Albertson supported the zoning and stated, “When I raised my right hand I vowed to do what was right for the citizens of the community and what they are asking me to do. What they have asked me to do is create an access point for those people who under state law have a letter from their doctor that states they have a medical condition that allows them to use medical cannabis for the treatment of that condition.”

Perry said she wanted to “dispel the idea we are suddenly trying to make legal something that is illegal. That's not what we are doing and this is not akin to prostitution. The state has not said prostitution is legal. They have said collective gardens are. We have to deal with that reality.”

Ralph said, “I believe the city is not in a position or should not take positions to zone anything that is illegal under federal law. Once federal law is clarified and makes this substance legal, at that point I believe we have a responsibility to zone for it…. At this point in time it is against the law and I stood up there tonight and raised my right hand and promised to uphold the constitution of the state and the laws of the federal government.”

During the discussion of the moratorium, Albertson and Perry both stated they would not support another moratorium if there was no direction from the council members on the zoning ordinance.

The temperature of the discussion raised considerably as Albertson said if the members were voting against the zoning because of the federal law the members were essentially “banning it (medical marijuana) totally,” and that was a “cop out.”

She continued stating, “I would be embarrassed to stand between people and their doctor's recommendation that they use medical cannabis for their illness. This to me is an issue of humanity and to do anything less is heartless.”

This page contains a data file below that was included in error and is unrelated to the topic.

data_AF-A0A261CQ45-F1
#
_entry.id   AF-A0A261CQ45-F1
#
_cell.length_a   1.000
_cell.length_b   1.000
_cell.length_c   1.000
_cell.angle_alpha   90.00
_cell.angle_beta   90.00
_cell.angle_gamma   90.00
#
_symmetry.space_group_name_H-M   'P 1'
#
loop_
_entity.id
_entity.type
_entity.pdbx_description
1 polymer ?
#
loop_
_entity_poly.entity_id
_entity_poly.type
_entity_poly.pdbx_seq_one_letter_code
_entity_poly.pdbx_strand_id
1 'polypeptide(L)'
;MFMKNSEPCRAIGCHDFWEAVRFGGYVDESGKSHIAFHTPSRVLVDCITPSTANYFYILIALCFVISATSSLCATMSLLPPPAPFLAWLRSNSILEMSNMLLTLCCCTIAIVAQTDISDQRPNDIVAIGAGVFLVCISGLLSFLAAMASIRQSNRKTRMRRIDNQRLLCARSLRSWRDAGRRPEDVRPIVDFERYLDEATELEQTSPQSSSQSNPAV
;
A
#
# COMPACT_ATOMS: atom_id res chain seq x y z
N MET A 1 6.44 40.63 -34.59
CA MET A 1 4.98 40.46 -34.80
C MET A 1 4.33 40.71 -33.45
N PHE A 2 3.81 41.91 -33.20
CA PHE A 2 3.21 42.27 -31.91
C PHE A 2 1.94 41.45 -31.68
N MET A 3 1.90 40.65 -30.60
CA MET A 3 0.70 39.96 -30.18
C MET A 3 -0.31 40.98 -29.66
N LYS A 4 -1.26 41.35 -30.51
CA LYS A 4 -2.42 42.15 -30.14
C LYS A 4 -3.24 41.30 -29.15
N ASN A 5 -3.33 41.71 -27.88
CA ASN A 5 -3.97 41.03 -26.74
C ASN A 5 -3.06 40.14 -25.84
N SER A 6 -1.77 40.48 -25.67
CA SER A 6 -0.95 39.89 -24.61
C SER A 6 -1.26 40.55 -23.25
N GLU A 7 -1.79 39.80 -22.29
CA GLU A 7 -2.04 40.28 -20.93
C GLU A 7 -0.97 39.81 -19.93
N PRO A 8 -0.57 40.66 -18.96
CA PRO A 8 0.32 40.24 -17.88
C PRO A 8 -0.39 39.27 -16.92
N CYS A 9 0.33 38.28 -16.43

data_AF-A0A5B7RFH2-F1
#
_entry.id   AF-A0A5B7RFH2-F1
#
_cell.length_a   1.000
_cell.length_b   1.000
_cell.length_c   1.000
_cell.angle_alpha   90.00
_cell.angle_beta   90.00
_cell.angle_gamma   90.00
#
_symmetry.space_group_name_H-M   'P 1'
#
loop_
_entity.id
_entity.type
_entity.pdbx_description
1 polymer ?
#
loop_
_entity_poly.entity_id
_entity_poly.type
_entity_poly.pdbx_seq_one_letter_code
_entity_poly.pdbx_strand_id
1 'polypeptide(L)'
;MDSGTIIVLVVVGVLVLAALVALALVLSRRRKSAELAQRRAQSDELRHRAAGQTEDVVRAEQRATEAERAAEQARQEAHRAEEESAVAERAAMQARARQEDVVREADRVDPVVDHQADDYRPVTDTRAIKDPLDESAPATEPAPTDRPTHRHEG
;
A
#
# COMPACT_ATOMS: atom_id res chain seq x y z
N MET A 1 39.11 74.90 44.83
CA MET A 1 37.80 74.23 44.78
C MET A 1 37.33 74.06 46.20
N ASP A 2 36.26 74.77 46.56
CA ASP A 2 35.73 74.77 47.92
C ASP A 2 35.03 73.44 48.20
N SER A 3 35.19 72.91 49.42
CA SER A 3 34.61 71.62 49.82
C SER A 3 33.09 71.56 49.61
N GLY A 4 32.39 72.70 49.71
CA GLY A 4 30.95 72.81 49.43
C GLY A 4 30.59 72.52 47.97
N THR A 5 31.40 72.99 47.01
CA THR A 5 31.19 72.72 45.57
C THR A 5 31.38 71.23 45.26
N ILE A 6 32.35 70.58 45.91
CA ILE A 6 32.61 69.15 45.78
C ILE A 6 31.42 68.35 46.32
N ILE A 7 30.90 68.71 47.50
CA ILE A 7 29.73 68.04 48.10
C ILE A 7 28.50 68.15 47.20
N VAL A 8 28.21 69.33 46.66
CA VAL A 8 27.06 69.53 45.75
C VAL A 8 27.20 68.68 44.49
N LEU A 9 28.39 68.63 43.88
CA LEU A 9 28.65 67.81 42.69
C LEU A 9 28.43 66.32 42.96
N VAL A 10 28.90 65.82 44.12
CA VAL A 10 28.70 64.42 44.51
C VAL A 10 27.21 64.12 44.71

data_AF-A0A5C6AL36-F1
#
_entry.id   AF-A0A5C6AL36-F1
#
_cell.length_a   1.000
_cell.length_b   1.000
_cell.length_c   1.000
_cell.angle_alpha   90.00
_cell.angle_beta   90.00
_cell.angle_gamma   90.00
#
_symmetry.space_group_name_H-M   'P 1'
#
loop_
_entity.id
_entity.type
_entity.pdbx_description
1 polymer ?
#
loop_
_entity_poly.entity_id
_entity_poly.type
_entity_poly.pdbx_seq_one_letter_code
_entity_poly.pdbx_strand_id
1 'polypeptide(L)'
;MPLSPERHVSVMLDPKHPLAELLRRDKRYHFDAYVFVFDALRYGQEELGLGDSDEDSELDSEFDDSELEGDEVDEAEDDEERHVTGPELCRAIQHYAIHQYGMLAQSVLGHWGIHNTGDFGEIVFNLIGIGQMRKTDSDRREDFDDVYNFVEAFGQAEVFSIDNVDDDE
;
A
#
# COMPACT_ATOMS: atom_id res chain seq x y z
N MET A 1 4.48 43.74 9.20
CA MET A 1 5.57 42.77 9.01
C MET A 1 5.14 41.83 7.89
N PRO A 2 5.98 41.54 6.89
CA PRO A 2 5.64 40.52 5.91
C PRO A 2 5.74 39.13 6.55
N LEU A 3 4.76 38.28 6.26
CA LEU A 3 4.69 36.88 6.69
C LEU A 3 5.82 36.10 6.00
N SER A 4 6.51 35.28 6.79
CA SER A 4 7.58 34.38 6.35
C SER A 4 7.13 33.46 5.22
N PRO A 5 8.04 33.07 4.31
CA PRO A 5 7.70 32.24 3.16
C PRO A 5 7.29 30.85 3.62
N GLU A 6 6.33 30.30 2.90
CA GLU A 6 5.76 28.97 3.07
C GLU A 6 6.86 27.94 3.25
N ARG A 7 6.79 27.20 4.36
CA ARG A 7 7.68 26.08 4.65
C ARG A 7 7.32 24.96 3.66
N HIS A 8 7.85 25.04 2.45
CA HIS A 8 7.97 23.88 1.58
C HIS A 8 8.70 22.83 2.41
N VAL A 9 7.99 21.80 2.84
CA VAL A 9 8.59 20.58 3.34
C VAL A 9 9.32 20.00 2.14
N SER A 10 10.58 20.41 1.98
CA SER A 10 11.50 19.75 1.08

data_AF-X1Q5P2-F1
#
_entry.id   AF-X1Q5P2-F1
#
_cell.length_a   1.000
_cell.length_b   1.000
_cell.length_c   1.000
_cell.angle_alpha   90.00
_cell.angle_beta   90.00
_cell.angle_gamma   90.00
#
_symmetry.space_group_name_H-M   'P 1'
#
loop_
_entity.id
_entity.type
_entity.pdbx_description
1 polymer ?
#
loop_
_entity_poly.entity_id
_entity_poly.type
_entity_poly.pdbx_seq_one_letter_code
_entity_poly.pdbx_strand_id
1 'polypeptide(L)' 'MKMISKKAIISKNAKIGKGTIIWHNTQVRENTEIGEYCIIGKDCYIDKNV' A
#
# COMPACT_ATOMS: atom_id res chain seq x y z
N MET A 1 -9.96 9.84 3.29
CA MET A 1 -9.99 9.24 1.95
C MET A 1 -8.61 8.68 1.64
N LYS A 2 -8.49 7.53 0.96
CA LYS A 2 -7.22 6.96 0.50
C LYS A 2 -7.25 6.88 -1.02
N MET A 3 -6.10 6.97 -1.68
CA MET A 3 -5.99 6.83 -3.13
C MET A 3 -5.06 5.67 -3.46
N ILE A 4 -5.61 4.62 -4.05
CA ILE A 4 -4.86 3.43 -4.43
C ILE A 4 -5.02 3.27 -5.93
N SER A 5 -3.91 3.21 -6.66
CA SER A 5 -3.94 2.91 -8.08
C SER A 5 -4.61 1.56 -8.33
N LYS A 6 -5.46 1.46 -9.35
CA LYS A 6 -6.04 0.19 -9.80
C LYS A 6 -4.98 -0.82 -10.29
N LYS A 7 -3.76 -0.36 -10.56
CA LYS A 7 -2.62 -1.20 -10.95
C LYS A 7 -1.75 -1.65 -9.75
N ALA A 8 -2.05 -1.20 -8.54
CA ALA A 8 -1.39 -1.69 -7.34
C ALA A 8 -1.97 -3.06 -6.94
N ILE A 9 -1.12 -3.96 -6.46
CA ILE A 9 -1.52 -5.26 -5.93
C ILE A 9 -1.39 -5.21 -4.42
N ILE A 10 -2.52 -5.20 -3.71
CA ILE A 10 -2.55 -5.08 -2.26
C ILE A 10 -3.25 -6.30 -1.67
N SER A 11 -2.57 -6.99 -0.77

Ralph countered stating, “I respectfully have to take exception to the fact that this makes me heartless. I am not standing between anyone and their medicine that they and their doctor choose them to have. I just do not believe the city is in a position to zone for something that is against the law.”

Ralph said she would support the extenuation of the moratorium to give the current council time to consider the issue.

One of the issues outlined by the staff was without a moratorium or zoning in place, collective gardens could open in most areas of the city.

Philip Dawdy, who worked with the Washington Cannabis Association during the 2011 legislative session, said he was concerned about the gap between the new moratorium taking effect and the end of the measure passed in July.

“It is entirely possible someone could open (a medical marijuana facility),” Dawdy said. “I am concerned about the gap. You never can tell what will happen. We want this to be easy, smooth and orderly, not random and disorderly.”

Dawdy said legislation on medical marijuana is being drawn up in Olympia that will likely be considered during the 2012 session.

A bill was passed during the 2011 session, but Gov. Chris Gregoire vetoed 36 of 58 sections, leaving a confusing legal landscape for cities to navigate.